# Are there pairs of consecutive integers with the same sum of factors?

## Background/Motivation

I was planning to explain Ruth-Aaron pairs to my son, but it took me a few moments to remember the definition. Along the way, I thought of the mis-definition, a pair of consecutive numbers with the same sum of divisors. Well, that's actually two definitions, depending on whether you are looking only at proper divisors. Suppose all divisors. I quickly found (14,15) which both have a divisor sum (sigma function) of 24. Some more work provided (206,207) and then a search on OEIS gave sequence A002961.

What about proper divisors only? (2,3) comes quickly, but then nothing for a while. Noting that the parity of this value ($\sigma(n) -n$) is the same as that of $n$ unless $n$ is a square or twice a square, any solution pair must include one number of that form. With that much information in hand, I posted this problem at the reference desk on Wikipedia. User PrimeHunter determined that there were no solutions up to $10^{12}$, but there were no general responses.

Aside from the parity issue, I haven't found other individual constraints that would filter the candidates--the number of adjacent values identical modulo $p$ for other small primes is at least as great as would be expected by chance, and there are a fair number of pairs that are arithmetically close.

Other than (2,3), are there pairs of consecutive integers such that $\sigma(n)-n = \sigma(n+1)-(n+1)$?

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"Noting that 2|(sigma(n)-n) unless n is a square or twice a square". This is nonsense, right? (assuming sigma(n) is the sum of the divisors of n...) –  Kevin Buzzard Feb 7 '10 at 16:22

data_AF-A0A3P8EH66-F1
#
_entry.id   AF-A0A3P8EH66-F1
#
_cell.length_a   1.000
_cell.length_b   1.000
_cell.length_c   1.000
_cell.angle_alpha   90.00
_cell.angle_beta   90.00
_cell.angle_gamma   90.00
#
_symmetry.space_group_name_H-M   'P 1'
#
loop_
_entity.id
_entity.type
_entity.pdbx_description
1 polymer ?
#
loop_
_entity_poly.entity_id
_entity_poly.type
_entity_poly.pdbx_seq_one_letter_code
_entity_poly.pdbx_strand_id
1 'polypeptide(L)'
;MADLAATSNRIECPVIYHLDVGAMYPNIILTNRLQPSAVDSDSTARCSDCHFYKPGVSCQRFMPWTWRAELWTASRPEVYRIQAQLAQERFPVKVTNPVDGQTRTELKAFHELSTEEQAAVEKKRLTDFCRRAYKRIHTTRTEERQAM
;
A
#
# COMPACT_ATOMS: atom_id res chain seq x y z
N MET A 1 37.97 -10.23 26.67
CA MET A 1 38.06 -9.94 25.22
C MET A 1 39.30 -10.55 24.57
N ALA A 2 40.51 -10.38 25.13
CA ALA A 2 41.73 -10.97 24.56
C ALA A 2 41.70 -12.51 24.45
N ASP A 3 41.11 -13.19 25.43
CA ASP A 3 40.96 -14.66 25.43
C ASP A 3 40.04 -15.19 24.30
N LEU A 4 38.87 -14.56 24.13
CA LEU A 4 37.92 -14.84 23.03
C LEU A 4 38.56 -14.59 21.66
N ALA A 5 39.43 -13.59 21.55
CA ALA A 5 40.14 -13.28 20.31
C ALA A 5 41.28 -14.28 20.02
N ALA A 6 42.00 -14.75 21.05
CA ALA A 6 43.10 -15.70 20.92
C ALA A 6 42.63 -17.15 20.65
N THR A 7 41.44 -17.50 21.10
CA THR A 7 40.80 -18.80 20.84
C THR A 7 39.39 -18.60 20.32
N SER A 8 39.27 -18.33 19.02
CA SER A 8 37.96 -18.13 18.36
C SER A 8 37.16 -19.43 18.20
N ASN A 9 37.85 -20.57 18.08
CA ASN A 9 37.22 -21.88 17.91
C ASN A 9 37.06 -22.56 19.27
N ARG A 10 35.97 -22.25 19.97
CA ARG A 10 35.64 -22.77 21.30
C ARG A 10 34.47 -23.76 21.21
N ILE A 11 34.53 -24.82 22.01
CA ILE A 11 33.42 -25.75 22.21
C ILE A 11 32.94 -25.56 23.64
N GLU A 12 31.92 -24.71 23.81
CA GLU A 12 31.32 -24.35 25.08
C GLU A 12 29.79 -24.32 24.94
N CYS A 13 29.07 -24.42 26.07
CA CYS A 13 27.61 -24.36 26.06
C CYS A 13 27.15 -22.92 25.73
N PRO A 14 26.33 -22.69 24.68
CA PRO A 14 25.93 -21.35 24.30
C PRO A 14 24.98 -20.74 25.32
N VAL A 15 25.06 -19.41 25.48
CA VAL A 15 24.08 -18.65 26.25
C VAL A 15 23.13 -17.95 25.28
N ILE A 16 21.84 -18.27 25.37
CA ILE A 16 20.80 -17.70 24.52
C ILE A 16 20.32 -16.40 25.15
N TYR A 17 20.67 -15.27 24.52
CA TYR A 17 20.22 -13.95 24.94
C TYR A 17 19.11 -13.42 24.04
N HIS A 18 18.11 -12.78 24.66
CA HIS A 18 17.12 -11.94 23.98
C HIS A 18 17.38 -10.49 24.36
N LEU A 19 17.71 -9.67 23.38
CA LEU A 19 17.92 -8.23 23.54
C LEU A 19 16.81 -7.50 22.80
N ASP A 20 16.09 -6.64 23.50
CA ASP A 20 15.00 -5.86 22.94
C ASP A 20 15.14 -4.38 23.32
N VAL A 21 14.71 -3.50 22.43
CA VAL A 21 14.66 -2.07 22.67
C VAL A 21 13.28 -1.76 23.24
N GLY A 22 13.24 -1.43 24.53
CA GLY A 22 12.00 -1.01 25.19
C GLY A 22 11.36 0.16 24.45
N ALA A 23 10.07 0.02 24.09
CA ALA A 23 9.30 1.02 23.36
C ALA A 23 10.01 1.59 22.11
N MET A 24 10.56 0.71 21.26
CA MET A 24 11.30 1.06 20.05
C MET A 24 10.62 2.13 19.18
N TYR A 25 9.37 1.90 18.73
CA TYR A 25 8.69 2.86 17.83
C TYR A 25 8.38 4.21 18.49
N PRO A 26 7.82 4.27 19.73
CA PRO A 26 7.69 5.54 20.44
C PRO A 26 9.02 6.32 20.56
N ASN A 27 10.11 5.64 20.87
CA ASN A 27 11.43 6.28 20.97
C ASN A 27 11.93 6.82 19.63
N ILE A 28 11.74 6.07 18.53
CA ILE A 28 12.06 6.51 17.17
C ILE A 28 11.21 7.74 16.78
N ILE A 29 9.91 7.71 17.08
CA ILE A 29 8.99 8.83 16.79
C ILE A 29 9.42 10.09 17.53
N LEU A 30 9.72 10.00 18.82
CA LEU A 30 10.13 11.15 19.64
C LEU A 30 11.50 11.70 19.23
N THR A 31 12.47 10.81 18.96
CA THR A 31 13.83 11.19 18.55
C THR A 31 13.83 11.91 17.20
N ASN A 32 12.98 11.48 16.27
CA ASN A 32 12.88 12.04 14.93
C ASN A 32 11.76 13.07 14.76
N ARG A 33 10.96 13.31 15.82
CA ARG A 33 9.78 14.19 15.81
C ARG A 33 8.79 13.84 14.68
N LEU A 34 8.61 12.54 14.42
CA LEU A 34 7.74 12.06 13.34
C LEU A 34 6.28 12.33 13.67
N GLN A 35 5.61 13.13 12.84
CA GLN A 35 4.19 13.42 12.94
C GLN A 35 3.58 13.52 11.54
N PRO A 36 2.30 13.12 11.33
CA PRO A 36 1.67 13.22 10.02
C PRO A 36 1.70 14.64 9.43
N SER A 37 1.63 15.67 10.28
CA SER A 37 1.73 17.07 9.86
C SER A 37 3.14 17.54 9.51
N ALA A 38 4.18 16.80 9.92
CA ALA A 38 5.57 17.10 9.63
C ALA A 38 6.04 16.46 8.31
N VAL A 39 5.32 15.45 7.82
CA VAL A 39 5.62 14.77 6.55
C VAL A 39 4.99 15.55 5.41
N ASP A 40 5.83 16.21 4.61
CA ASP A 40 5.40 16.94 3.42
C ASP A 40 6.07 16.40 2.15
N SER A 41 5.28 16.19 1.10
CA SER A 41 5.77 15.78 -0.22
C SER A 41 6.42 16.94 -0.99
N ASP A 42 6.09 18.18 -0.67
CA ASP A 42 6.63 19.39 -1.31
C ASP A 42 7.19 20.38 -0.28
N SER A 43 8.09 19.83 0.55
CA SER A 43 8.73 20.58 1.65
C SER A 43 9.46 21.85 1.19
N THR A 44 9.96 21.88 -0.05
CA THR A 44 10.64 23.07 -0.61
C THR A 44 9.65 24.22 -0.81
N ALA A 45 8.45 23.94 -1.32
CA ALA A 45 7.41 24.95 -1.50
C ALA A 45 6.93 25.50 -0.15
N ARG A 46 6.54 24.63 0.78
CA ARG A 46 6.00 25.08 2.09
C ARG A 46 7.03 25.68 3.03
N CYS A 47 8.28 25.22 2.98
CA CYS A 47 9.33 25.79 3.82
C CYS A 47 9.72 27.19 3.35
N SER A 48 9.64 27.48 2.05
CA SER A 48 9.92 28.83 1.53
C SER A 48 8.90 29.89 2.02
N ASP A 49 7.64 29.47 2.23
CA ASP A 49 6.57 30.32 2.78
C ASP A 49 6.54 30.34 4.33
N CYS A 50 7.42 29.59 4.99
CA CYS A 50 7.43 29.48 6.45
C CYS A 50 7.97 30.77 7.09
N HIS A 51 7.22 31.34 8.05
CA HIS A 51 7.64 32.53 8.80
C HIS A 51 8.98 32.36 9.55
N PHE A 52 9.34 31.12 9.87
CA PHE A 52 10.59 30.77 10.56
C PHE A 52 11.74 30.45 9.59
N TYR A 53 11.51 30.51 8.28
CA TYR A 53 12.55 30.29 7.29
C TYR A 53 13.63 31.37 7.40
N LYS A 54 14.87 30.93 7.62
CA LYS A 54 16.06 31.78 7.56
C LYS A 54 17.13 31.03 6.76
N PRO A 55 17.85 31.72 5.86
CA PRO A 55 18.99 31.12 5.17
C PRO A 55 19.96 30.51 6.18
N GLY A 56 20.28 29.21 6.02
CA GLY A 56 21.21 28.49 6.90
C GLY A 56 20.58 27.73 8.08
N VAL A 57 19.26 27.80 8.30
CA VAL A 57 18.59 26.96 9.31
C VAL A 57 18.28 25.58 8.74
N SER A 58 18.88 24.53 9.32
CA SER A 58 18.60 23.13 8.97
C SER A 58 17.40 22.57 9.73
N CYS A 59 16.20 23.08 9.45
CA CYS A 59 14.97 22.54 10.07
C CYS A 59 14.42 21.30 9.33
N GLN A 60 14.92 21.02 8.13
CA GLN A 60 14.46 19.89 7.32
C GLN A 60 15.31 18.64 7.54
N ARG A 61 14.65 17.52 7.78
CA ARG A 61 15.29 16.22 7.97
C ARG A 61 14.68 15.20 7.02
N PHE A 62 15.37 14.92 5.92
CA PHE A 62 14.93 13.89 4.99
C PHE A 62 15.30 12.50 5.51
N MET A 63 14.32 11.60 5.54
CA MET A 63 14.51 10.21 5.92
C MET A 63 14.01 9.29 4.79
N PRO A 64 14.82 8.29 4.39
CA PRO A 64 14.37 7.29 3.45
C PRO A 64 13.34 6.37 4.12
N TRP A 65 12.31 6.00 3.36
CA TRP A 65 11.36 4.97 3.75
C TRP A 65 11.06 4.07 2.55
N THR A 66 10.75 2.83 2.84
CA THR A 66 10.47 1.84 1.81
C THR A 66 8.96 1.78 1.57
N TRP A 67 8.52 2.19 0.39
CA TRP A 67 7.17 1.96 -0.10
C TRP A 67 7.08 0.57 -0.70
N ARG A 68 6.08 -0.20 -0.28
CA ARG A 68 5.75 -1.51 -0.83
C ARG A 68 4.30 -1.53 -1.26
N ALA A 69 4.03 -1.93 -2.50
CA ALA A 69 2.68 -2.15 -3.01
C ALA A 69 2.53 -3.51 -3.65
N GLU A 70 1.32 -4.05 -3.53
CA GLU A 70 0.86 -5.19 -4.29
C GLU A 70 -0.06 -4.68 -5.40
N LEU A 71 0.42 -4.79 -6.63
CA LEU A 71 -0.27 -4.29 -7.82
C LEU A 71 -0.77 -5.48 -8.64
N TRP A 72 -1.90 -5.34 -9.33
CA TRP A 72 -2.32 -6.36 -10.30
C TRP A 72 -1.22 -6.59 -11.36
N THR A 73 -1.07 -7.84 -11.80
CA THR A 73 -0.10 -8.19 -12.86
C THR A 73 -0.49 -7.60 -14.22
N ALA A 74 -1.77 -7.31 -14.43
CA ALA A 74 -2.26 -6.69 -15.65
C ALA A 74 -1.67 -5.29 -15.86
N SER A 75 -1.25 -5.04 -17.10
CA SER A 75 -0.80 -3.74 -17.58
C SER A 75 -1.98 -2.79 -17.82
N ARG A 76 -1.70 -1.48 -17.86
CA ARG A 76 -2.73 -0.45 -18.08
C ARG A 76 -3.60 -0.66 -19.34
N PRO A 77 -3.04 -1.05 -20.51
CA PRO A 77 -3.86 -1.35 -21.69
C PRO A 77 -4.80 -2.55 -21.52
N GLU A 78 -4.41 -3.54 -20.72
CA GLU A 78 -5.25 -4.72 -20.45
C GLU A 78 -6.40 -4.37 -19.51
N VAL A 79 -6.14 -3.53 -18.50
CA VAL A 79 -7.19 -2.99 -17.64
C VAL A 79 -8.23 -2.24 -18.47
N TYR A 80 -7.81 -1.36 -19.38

aah you mean 2|sigma(n) unless... –  Kevin Buzzard Feb 7 '10 at 16:24
Yes, I was getting ahead of myself a bit. Rephrased to emphasize the point I was trying to make. Thanks, Kevin. –  Alan Frank Feb 7 '10 at 17:01
You've now edited the post to say " the parity of sigma (n) is the same as that of n unless n is a square or twice a square", and this is still wrong (try n=3). Either that or I've misunderstood what you mean by sigma(n) (which you also didn't define, but which usually means the sum of (all) divisors of n). –  Kevin Buzzard Feb 7 '10 at 18:28
@Alan: Instead of saying "the parity of this value (sigma(n)-n) is the same as that of n", why not simply say "2|sigma(n)" as Kevin suggested? –  Bjorn Poonen Feb 9 '10 at 6:28

Don't both of these follow easily for the problem at hand, given the observation that at least one of the pairs must be a square or twice a square? Then the density of such integers up to $N$ must be $\ll \sqrt{N}$, so the sum of reciprocals converges by partial summation. –  Thomas Bloom Feb 6 '12 at 16:07